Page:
Read an Excerpt
My year of mourning was over, and I decided to mark the anniversary by treating myself to a doughnut.
By my own choice, I had not had sex with anyone during those twelve months. I'm not sure why I did that. Maybe it was out of respect for the woman I had lost, though she wouldn't have wanted anything like that from me. My older brother is a monk, so maybe I was trying to prove I could keep up with him in the abstinence department. Or maybe I was just afraid I would meet someone I liked and sleep with her, then start to think about her all the time, then start to want to have children with her, and then she would be torn away from me and spirited off to some better world—if there is a better world—and that is not the kind of thing you want to go through twice in one year.
So on that wet September night my year of abstinence was finished, and I went out looking for a doughnut as a sort of offbeat celebration. That's all, really. A doughnut says: Listen, for your eighty-five cents I'm going to give you a quick burst of feel-good. No soul connection. No quiet walks. No long foreplay sessions in a warm one-bedroom. No extinction of aloneness. No jealousy. No fights. No troubles. No risk.
On that night, the risk I thought I was willing to take extended only as far as chocolate-glazed. Steaming cup of decaf next to it, little bit of cream, the shabby comfort of my favorite doughnut shop. It seemed a small enough thing to ask, after the year I'd seen.
The steady rain that had been falling during the afternoon and early part of the night had quieted to a light drizzle. The streets were black and wet, streaked with color from storefront neon and traffic lights. I worked my old pickup out of its parking space—foolish move, giving up a parking space in that neighborhood at that late hour—and drove to Betty's.
There is no Betty. Once there might have been, but at that point Betty's was owned by Carmine Asalapolous, a rough-edged, middle-aged man who had told me once that he wished he'd done something heroic in his life so he'd have a piece of high ground to fall back on when the devils of self-doubt were after him. Carmine, I said, just being a decent person, good father, excellent doughnut-maker—that's enough heroism for one life. But he shook his big head sadly and said no, it wasn't, not for him.
Carmine went to a two-hour Orthodox service on Sunday mornings. During the week he liked to make off-color jokes with his regular customers. He had some kind of mindless prejudice against college professors, a scar between his eyebrows that looked like a percent sign, and two young daughters whom he adored and whose pictures and drawings were taped up on every vertical surface in Betty's. He took his work seriously. If you got him going on the subject of doughnut-making, he'd tell you the chain doughnut shops used only the cheapest flour, which is why you left those places with a pasty aftertaste on your tongue.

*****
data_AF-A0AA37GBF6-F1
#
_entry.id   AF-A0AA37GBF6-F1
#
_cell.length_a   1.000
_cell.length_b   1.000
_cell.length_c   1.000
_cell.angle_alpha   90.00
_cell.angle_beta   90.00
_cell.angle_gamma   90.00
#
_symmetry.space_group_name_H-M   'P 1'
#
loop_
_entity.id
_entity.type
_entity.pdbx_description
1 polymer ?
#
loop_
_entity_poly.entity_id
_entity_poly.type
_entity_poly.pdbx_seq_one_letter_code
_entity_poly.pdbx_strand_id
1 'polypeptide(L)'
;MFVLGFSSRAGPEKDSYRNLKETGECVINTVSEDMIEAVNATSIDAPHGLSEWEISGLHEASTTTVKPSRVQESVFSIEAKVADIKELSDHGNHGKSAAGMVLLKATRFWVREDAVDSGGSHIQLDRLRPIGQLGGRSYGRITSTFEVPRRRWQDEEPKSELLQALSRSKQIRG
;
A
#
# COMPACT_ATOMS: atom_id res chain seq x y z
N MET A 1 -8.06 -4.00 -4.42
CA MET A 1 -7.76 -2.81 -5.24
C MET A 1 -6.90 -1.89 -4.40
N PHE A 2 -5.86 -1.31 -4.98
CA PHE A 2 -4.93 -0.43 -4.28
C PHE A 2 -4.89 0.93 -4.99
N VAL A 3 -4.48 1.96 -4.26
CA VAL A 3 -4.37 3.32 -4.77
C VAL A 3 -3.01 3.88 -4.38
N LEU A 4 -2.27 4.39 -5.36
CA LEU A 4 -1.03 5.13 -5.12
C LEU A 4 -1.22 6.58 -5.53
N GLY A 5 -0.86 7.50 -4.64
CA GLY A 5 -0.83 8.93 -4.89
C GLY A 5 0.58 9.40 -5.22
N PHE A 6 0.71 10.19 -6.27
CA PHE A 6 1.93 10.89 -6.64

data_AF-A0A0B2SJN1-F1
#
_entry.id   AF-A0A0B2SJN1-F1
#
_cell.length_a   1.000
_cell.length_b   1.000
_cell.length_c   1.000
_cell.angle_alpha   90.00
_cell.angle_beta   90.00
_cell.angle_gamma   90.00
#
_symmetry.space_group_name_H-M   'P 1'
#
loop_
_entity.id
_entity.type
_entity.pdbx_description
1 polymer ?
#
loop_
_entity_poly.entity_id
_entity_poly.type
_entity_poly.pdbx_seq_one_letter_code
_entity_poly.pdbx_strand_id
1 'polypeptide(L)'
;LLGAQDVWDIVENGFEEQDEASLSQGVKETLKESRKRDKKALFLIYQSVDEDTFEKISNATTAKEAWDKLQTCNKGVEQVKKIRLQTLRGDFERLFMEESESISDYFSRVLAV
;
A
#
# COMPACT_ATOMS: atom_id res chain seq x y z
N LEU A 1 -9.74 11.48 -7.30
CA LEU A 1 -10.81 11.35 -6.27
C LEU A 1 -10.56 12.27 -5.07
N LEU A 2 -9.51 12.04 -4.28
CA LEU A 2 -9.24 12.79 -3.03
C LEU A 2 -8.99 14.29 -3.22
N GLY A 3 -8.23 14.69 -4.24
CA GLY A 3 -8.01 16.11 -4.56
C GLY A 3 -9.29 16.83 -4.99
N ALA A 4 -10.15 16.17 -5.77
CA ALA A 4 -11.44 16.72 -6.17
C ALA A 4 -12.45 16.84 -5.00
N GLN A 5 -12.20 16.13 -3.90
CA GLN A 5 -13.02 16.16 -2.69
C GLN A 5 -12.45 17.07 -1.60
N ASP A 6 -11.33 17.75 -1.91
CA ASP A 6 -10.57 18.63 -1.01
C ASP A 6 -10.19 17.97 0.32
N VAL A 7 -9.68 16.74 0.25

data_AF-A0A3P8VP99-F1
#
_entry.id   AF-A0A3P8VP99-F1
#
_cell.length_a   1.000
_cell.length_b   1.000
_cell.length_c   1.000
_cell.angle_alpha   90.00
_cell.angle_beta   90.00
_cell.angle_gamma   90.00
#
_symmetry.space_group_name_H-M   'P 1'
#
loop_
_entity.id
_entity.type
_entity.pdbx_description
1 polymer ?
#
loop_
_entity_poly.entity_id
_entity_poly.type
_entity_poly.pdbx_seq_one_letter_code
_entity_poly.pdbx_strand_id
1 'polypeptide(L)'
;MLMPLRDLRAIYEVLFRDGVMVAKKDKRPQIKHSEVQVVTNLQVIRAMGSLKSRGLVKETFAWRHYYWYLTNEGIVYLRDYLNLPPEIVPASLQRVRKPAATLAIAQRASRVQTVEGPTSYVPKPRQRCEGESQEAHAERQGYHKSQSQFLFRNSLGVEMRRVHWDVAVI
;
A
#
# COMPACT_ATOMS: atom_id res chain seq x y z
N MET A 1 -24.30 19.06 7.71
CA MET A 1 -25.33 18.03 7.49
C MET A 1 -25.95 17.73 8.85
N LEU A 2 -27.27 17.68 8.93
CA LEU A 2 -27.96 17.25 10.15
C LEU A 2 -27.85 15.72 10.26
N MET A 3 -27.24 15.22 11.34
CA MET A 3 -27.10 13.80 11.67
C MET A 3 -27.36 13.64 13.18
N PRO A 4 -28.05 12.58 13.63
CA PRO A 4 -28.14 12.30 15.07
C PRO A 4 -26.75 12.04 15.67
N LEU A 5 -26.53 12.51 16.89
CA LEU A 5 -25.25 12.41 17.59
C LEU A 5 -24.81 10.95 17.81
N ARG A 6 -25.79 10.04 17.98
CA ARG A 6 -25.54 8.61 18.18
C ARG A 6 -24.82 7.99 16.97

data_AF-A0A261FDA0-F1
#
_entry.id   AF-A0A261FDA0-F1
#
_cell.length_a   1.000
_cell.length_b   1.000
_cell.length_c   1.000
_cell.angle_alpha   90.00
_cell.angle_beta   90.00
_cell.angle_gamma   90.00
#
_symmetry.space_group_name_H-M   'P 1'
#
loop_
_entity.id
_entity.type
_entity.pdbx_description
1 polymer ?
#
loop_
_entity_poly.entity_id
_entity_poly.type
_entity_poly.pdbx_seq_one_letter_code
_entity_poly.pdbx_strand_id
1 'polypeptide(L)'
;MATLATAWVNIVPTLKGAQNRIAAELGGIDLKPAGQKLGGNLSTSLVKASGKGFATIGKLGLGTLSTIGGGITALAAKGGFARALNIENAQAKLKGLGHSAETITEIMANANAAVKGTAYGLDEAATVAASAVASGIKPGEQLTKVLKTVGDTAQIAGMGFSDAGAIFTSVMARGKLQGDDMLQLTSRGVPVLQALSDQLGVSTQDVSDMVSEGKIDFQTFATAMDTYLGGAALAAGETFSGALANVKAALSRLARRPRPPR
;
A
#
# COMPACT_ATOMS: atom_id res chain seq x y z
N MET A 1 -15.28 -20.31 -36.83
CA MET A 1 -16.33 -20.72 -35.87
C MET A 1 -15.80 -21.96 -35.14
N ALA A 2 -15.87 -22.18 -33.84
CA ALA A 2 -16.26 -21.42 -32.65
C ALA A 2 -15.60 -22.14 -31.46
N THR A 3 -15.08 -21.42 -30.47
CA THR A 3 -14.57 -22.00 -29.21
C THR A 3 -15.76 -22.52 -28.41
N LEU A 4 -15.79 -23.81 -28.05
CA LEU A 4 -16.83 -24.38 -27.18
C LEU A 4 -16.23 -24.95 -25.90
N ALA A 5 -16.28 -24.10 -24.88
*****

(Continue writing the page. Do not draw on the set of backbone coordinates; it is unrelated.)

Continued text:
I parked in front. The roof of Betty's was dripping and one cold droplet caught me on the left ear as I walked in. I remember that odd detail. In line at the counter I held a little debate with myself—how wild a night should it be?—then asked for two chocolate-glazed instead of one, a medium instead of a small decaf. Carmine was counting money in the floury kitchen. I could see him there through a sort of glassless window. He looked up at me from his stack of bills, pointed with his chin at the waitress's back, and made a John Belushi face, pushing his lips to the side and lifting one eyebrow, the expression of a man who had not a millionth of a chance of ever touching the waitress in a way she liked, and knew it.
I carried my paper cup of coffee and paper plate with two doughnuts on it to a stool at a counter that looked out on Betty's wet parking lot. In a minute a trim, balding man sat beside me, with a black coffee and the Sports section of the New York Times. "Nice truck," he said.
"I saw you get out of it," he said.
I could not think of any response to this.
He kept trying. He said: "You don't see many of them still around. Fifty-one Dodge?"
"Gorgeous," he said. "Like you."
I looked away. I was waiting for my coffee to cool, and was not really in the mood to talk, and though I understand sexual loneliness as well as the next person, there was not much I could do about this man's loneliness. Just at that exact moment—it was after midnight—a woman walked out of Betty's carrying a small bag and got into her car and she must have had a slippery shoe or been distracted by something because she put her new Honda in reverse and drove it across about fifteen open feet of parking lot and straight into the back of my truck.
"Whoa!" the man beside me yelled.
I took a good hot sip of coffee. I watched the woman get out, rubbing the back of her neck with one hand and looking as if she wished she had never been born. And then, very calmly, I went outside to talk to her.